Skip to content, or skip to search.

Skip to content, or skip to search.

Book of Isiah

ShareThis

The answer to this question was, er, yeah. That and several other streetish disses, exactly the sort of “gutter filth” that suddenly prissy Post columnists refer to as “unprintable.”

It could have been predicted. Following last season’s uninspiring non-playoff finish, Dolan, citing “character issues,” banished Spree, who had semi-heart-rendingly risen above his coach-choking past to become New York’s No. 1 fan favorite. Not one to take such slights lying down and suspecting that Dolan timed Isiah’s hiring to upstage his Garden return, Spree said the tirade was payback.

“He talked about me. Tonight was my turn to talk. I think I got my point across,” Latrell recapped after the game. It was nothing against the Knicks players, the New York fans, or Isiah, Spree said. He wished Isiah luck fixing the team, not that it was going to be easy, “the hole they’re in.” Chris Rock, standing with Spike Lee and perhaps 50 newsmen, seemed put out that Spree would be fined for his outburst. “They’re going to take money for cursing?” the comedian remarked. “I curse, and they give me money.”

Indeed, certain disgruntled factions of Knicks Nation were of the opinion that Dolan, whose belovedness as a New York sports figure does not approach that of, say, George Steinbrenner or even Horace Stoneham, had some of Spree’s spew coming.

Rooting for teams with dumb, rapacious, and/or indifferent management, after all, is the fan’s curse. We’re talking long-term here. Sure, we’ll always have the integrationist heaven of the ’70–’73 teams, Jerry Lucas memorizing the phone book and all, but podunk franchises like the Warriors, Blazers, and SuperSonics have won championships while we haven’t. Thirty years and counting—that’s a fair piece down the road toward Red Sox hell. Things have been heading deeply south since Riley let Starks shoot two-for-eighteen in 1994. Such comprehensive futility can only be attributed to dim ownership, and Jim Dolan is seen as just the most recent in a long line of acumen-deficient Madison Square Garden corporate keepers.

He is, after all, the 46-year-old son of Charles Dolan, founder of Cablevision, which acquired full control of MSG and its teams from ITT, which got the company from Viacom, which took over Paramount, which was once called Gulf + Western (a.k.a. Engulf and Devour), which used to more or less own the Dominican Republic and employed as Garden chief one Alan “Bottom Line” Cohen, forever in fans’ hearts for saying he would rather turn a profit than see either the Knicks or Rangers make the playoffs. Before G+W, there was Madison Square Garden, Inc., led by Irving M. Felt, who pooh-poohed Louis Mumford’s complaint that demolishing the old Penn Station to build the current Garden represented “an act of irresponsible public vandalism.”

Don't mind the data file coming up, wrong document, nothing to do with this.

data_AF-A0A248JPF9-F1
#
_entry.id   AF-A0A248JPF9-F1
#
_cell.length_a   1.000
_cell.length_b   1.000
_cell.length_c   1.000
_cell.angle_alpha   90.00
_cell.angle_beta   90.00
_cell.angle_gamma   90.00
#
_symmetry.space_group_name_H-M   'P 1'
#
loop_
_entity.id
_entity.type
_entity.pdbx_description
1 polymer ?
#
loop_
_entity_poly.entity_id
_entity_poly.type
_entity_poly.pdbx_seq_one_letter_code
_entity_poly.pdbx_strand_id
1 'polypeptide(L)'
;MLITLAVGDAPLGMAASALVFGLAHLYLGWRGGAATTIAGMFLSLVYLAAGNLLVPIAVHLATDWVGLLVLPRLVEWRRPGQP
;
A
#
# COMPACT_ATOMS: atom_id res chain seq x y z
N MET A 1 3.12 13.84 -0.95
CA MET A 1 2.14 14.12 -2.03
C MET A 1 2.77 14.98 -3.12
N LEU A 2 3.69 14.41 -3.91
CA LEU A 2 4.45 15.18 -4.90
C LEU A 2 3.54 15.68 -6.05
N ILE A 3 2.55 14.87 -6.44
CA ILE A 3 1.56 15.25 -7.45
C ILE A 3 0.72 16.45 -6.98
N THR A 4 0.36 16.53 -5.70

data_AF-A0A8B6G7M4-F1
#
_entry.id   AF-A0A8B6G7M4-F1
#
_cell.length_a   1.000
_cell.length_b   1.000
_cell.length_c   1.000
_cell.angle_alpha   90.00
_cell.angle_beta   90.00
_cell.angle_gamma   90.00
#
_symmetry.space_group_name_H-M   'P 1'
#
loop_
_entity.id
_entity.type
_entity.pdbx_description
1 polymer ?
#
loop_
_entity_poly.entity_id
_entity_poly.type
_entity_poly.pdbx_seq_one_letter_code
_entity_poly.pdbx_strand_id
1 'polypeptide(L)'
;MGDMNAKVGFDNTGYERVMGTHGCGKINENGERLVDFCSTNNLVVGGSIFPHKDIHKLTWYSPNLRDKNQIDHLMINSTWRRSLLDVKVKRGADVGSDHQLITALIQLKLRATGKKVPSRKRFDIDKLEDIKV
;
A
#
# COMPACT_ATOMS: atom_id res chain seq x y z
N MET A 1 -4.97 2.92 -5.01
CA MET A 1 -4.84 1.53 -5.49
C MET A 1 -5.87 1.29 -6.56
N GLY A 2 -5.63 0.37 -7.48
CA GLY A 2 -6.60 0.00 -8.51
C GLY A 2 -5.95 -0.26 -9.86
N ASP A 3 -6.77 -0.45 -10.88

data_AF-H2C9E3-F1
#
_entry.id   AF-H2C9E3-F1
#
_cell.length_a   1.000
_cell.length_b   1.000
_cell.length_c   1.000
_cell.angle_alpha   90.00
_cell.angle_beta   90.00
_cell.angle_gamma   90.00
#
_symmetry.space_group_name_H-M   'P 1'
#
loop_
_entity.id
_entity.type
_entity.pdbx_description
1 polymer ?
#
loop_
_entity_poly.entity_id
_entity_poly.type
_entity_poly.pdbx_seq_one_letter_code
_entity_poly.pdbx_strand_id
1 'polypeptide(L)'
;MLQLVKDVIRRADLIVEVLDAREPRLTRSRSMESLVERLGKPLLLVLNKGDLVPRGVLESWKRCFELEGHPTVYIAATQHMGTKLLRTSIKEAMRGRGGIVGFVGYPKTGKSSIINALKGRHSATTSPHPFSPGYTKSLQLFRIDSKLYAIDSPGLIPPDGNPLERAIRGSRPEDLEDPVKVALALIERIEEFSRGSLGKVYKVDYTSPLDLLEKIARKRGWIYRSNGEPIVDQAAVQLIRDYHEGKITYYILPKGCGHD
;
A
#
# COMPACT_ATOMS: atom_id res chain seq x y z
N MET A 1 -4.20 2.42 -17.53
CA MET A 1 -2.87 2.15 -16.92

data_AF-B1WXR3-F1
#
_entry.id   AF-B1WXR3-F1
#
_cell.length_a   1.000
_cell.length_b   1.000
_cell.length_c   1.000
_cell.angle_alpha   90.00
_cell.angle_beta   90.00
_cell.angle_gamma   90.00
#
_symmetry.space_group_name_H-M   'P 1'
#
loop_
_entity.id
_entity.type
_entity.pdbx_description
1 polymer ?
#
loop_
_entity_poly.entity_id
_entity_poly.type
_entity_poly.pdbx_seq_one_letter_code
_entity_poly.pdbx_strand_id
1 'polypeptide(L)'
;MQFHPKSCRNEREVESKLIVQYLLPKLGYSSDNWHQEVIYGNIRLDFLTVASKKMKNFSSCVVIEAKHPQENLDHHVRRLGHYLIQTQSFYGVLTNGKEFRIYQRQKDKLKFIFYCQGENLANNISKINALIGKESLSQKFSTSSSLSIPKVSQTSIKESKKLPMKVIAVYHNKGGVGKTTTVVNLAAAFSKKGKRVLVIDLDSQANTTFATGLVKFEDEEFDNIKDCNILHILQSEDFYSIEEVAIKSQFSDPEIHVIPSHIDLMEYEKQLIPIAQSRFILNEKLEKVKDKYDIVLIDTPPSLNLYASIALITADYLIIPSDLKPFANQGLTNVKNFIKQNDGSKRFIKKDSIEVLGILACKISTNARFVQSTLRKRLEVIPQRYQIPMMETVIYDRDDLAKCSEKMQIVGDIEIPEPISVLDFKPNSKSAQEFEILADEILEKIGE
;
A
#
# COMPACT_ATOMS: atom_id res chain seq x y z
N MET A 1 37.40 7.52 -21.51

“Fifty years from now, when the new MSG is torn down,” Felt replied, “there will be a whole new group of architects to protest.”

This isn’t to blame a Johnny-come-lately like Jimmy Dolan (who could be seen fleeing his own building after the Timberwolves game even as infidel Spree stayed late to wish everyone, ushers included, a merry Christmas) for being a fortunate son, an existential positioning he shares with Jeff Wilpon, progeny of Fred, whose low-ball high-handedness is currently vexing Mets fans. It isn’t even Dolan’s fault that the game experience at MSG, the supposed round-ball temple, is a splitting headache of Office Depot truck races on Gardenvision and Knick City Dancers firing off T-shirt guns with two minutes left in a tie game, scuttling whatever suspense the actual players have managed to create.

It is possible, however, to blame Dolan—named in the January 13, 2003, issue of BusinessWeek as one of the country’s “worst managers”—for his extended endorsement of the aforementioned Scott Layden, one more chip off the old block (being the tight-lipped offspring of the effusive b-ball lifer Frank). What, really, is the Knicks fan, even one who grew up during the early sixties when G.O. tickets cost 50 cents and almost everyone on the team’s name began with a B (Bob Boozer, Donnie Butcher, Cleveland Buckner, Dave Budd, Al Butler, Jim Barnes, etc.), to make of Layden’s mind-boggling tenure? Was this a delayed makeup call for David Stern’s palming the Ping-Pong ball that gave us Patrick Ewing so many moons ago?


Advertising
[an error occurred while processing this directive]
Advertising